Even though we’re still over a week away from Halloween, it feels like the holiday season has already started. The other morning on Fox 2 News here in Detroit, they noted that nearly one quarter of Americans have already started holiday shopping. With constant daily reports of increased spending this holiday shopping season, stores are thinking of ways to grab shoppers. One way many department stores are doing this is through the resurgence of layaway programs.
Not sure which layaway program is right for you? Don’t worry! We’ve got you covered. Below are a few popular stores and an overview of their layaway programs.
Wal-Mart offers one of the most inexpensive layaway programs out there. The items you want to put in layaway must be priced over $15 dollars, and the total amount you spend must reach a minimum of $50. When you open a layaway account, you’ll have to put down a $5 deposit, which is refunded via a Wal-Mart gift card once you pay the bill in full. You also have to put a $10 down payment or 10% of the total, whichever amount is greater.
If for some reason you decide to scrap your layaway order, you get all of your payments and down payment returned; however, you lose the $5 deposit.
Overall, Wal-Mart offers a decent layaway program that doesn’t have a bunch of additional charges tacked on top. Plus they have one of the lowest minimum order amounts.
Toys“R”Us and Babies“R”Us
Babies“R”Us and Toys“R”Us currently offer free layaway with no upfront fees. However, in their terms and conditions, a deposit of 20% of the total amount with taxes must be paid when your items go into layaway. Within 45 days, you must have half of your order paid. After three months, you must have your layaway order paid off completely.
If you cancel your order, whether you have less or more than 50% of it paid off, the store will give you a full refund after they take out a portion for a cancellation fee. Make sure you ask what the cancellation fee will be at your specific store, as it varies from state to state.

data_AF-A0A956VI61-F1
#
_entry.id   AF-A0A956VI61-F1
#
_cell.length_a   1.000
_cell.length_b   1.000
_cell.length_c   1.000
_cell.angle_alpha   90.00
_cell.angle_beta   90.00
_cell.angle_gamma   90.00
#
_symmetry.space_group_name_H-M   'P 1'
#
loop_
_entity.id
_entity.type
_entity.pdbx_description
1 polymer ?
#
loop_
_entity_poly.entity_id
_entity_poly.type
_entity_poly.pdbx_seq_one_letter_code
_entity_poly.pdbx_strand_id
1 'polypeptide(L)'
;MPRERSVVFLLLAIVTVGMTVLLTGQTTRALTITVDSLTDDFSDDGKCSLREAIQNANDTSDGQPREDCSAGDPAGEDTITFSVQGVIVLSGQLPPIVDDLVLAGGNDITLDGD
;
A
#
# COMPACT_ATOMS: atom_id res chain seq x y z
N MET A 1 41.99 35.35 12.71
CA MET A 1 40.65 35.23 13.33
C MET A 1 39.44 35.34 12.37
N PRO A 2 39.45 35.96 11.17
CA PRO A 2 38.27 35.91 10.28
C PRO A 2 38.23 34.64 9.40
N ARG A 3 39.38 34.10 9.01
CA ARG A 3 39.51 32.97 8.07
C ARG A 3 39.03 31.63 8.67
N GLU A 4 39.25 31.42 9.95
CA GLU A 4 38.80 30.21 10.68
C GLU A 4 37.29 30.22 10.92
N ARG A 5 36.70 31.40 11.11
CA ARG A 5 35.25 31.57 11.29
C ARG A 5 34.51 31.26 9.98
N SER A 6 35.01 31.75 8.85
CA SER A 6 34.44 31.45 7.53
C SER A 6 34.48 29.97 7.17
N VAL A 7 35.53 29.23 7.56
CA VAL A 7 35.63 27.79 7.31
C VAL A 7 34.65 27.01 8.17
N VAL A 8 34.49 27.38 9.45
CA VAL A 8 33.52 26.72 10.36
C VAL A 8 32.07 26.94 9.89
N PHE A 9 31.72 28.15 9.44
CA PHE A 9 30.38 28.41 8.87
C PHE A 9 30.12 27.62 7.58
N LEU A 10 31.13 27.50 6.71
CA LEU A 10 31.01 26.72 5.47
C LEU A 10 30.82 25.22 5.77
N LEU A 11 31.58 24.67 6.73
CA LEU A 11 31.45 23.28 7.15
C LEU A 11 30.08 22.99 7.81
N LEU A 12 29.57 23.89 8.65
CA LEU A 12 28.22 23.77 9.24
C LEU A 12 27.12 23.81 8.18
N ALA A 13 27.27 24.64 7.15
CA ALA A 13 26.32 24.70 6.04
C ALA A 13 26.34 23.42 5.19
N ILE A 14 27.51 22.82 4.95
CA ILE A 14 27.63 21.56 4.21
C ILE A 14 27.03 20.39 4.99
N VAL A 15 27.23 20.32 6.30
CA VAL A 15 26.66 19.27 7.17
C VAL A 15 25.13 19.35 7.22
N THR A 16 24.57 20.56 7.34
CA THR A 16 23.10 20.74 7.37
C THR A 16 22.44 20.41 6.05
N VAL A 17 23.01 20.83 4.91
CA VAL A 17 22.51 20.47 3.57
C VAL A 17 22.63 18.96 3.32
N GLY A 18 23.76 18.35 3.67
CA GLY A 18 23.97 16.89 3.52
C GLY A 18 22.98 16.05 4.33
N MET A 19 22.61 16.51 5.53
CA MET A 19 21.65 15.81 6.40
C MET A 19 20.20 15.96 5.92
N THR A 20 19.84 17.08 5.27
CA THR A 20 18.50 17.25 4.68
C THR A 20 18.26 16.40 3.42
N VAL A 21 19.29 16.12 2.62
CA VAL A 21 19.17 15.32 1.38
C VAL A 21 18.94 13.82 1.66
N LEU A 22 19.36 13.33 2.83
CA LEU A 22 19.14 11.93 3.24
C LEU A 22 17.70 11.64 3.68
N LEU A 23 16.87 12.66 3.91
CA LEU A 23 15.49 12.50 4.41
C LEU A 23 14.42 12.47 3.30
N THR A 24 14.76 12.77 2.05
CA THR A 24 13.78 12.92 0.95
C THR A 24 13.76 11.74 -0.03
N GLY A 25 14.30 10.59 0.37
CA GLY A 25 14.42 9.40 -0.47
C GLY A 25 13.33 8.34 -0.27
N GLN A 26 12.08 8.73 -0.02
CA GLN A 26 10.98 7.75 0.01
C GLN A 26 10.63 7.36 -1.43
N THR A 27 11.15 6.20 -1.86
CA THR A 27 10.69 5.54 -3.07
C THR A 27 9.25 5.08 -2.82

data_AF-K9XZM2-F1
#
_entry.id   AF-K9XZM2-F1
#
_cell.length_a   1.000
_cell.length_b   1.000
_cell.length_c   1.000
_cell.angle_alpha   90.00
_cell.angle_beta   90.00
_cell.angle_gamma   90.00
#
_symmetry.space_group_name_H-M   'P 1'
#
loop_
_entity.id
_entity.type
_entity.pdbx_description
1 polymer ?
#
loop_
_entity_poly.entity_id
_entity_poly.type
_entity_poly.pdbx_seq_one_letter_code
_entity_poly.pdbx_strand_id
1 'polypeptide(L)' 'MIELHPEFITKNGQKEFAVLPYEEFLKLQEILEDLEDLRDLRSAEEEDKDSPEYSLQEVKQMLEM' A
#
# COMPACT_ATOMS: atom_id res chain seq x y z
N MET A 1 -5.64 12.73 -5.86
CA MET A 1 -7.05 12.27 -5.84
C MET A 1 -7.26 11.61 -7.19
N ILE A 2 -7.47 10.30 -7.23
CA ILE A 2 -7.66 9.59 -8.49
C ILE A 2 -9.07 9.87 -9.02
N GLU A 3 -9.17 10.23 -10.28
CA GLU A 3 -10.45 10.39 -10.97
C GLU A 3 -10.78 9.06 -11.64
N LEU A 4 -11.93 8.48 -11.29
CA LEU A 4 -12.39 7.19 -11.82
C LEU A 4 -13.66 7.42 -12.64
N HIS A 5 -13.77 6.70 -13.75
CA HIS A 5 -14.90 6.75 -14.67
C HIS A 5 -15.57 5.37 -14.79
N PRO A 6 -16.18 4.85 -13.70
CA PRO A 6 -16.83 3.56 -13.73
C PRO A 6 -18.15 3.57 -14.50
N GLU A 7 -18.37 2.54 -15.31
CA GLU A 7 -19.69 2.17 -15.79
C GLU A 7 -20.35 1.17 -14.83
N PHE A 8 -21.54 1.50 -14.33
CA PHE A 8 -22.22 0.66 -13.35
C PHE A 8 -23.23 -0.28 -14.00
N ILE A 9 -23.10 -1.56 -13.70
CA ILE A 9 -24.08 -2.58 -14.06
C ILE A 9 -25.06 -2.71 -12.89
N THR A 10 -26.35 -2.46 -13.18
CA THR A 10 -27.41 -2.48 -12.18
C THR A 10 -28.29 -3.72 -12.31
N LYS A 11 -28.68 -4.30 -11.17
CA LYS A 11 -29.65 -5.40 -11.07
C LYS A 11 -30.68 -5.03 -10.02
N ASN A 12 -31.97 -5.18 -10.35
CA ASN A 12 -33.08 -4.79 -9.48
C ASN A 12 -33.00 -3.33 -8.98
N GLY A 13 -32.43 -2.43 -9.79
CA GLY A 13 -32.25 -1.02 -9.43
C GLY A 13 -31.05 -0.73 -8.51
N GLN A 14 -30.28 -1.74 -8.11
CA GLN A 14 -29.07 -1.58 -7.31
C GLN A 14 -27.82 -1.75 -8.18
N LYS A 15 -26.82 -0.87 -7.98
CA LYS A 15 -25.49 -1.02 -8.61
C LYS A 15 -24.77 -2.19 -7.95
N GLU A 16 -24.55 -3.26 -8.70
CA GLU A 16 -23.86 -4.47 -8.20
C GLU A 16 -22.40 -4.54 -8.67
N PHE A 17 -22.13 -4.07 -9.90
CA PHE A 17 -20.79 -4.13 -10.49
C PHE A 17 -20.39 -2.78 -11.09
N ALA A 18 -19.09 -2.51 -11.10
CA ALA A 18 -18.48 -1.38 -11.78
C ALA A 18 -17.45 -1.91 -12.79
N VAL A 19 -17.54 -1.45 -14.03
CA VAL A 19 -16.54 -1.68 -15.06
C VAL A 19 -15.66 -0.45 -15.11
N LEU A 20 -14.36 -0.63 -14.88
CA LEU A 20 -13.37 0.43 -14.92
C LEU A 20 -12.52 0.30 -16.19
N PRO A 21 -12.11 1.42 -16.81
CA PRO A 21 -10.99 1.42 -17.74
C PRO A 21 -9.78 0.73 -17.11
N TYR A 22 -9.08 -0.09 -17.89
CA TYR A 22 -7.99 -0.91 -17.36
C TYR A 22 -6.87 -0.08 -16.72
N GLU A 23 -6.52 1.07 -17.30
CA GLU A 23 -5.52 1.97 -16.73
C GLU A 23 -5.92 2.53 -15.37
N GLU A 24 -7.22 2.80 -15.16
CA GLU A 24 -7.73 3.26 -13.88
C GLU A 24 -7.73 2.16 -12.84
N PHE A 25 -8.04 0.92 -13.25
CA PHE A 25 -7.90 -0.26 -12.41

Pretty much every Toys“R”Us location offers their layaway program on all toys; however, some stores don’t offer a program for larger toys or baby items. You can check their list to see which store offers what near you.
Although they promote free layaway on their website and in stores, the terms and conditions beg to differ.
Best Buy’s layaway program has some steep requirements. First, your layaway order has to total at least $250. Then, you must put 25% down on your order plus an additional 5% layaway fee. For a $250 order, you’re putting down a third of the money upfront (which is $75). That’s a lot compared to other layaway offers.
Once your items are in layaway, you must make biweekly payments and have it paid off within 12 weeks – though the amount of time may be less for certain products. Computers, for example, have a maximum of 8 weeks in layaway.
One troubling feature about Best Buy’s layaway program is that I couldn’t find any information about their cancellation policy.
Kmart and Sears
Kmart and Sears recently revised their layaway program, advertising free layaway with no service fee. Much like Toys“R”Us, their terms and conditions tell a very different story.
The layaway program at Kmart and Sears is very similar to Best Buy. These two retailers require a $20 or 20% (whichever is greater) down payment on your order. Then, they require you to commit to either an eight- or 12-week biweekly payment plan. Plus, they have a seven-day grace period for you to make up late payments before your order gets canceled.
If you decide to cancel your layaway purchases, you’ll get a full refund minus the service fee. The service fee for the 8-week plan is $5. The 12-week fee is $10.
One cool feature of the Sears and Kmart program is a layaway calculator on their site. You can see how much your down payment will be, how much you’ll pay on their biweekly plans, and when you’ll finish paying off your order.
Layaway programs are great to help break up the expense of holiday shopping over the next few months. Putting items on layaway now and making small payments is better than trying to pay off a huge lump sum in January to try and ward off credit card interest payments.
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